City council dedicates property to the ongoing effort to bring youths a skate park
March 26, 2003 — Since the effort first got going, it’s been all about the kids.
Problem was, in Dave Bell’s mind, some of the original Madras skate park proponents had lost their wheels.
“My oldest son has outgrown this since I started,” Bell said. “It’s cars now, not skateboards.”
But the Madras City Council recently breathed new life into the languishing project by committing a piece of land on the corner of H and Marshall streets to the loose-knit skate park committee.
The group, whose unofficial membership has fluctuated since the idea was born in late 2000, now has five years to make something out of the land designated to be a future skate park. The property is large enough to accommodate a 12,000-square-foot skate course, along with restrooms, parking and picnic facilities.
“As far as the ability to move forward, this is really what we needed,” said Bell, a father of a 15-year-old skater and 17-year-old former biker.
Bell, along with Cascade Sports Authority owner Greg Kemper, helped create the skate park committee more than two years ago at the behest of several young skaters. “When I first opened the store, I had a lot of kids asking me if I’d build them a skate park,” Kemper said. “I told them I’d help them get one started.”
The kids made a lot of progress raising money at the outset, Kemper said, although it has slowed.
The skaters raised about $6,000 and Kemper convinced the Central Oregon Investment Board, known as COIB, to match that amount. The only catch was a requirement that the grant be spent before this June on engineering and design work.
Taking note of the shrinking calendar, Bell asked city leaders at their March 11 council meeting to commit land toward a park. Councilors responded with the west-side property.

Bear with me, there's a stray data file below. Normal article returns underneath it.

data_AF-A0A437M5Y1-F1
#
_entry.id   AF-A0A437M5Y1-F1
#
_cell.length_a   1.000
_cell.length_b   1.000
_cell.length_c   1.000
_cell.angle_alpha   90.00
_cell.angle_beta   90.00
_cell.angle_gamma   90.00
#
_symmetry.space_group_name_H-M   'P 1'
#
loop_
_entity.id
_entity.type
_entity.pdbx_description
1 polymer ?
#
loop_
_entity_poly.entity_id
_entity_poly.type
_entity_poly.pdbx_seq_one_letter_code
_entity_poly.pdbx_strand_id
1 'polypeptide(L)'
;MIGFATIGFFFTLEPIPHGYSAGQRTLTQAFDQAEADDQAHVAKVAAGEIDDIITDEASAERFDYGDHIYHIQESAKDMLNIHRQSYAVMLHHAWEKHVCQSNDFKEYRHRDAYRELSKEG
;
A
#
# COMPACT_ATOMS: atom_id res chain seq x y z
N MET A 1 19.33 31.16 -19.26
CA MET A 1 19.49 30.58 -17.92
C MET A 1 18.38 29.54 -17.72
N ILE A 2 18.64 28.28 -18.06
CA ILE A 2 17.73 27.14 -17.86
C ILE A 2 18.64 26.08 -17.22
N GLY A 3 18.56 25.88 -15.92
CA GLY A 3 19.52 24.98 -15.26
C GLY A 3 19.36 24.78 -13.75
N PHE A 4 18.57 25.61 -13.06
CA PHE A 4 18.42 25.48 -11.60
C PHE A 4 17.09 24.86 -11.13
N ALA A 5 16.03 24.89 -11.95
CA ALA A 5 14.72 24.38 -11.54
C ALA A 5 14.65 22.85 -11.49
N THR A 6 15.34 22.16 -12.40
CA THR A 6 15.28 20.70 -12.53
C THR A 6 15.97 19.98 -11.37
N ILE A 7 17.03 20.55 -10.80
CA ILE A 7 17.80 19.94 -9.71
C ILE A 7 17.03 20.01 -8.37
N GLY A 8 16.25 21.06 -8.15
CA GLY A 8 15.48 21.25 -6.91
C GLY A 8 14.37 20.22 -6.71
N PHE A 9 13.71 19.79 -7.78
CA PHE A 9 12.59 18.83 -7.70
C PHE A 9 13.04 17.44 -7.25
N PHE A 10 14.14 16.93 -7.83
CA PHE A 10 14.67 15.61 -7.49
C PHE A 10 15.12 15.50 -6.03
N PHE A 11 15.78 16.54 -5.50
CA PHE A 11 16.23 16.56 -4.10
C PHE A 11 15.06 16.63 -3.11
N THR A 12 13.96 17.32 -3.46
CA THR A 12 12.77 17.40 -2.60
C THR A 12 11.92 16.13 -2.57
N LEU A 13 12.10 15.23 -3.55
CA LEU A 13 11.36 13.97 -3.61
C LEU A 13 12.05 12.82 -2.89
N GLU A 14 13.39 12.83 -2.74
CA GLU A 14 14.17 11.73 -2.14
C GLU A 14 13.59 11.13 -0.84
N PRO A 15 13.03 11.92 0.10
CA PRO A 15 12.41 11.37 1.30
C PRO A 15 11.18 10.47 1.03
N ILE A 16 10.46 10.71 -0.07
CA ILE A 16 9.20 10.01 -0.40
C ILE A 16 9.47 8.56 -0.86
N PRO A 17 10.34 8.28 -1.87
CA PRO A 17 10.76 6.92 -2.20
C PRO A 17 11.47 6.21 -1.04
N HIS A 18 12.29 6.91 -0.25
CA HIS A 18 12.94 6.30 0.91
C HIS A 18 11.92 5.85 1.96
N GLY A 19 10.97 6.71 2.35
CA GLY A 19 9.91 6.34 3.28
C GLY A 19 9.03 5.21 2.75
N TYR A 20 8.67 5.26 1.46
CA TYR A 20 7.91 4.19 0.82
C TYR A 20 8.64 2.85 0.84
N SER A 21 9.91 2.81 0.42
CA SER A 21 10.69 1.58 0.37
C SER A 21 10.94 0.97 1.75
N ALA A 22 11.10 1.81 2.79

Then, after securing that key commitment, Bell sheepishly brought to the council’s attention one last small detail: The skate park committee still was about $3,800 short of the $15,800 cost to complete the design and engineering.
Kirk Utzinger, director of the Central Oregon Boys & Girls Club, just happened to be attending the March 11 council meeting and unexpectedly offered to split the difference with the city.
His gesture was met with roaring applause. Later, ironically, Utzinger asked the city to increase its annual contribution to the Boys & Girls Club from $5,000 to $7,500.
“This got us our start,” Bell said.
Madras Mayor Rick Allen has noted that the city is due for a park on its west side, anyway.
“In reality the city is going to run this thing because there’s no parks district,” Allen said. The city council last year set aside $25,000 to go toward actual construction work when the park is ready to break ground. It is hoped that more grants and fund raising by the kids will garner the money needed to make it a reality.
As time has passed, kids heavily involved in the project have moved on. But the skate park committee now has land and a new sense of determination. The group hosts regular 7 p.m. meetings at the Chamber of Commerce the first Tuesday of every month.
“Now we’re looking for a fresh group of kids to pick up the ball and run with it,” Kemper said.
Bend, Redmond and Prineville all have given their skateboarders and bikers the valued amenity, and even LaPine is in the process of building one.
Bell said skate parks give kids a place to practice their sport. At the same time, he said, the park keeps them off property where they might not be welcome.
“They can do more skating with a park designed to skate at than the places around town where they do now,” Bell said.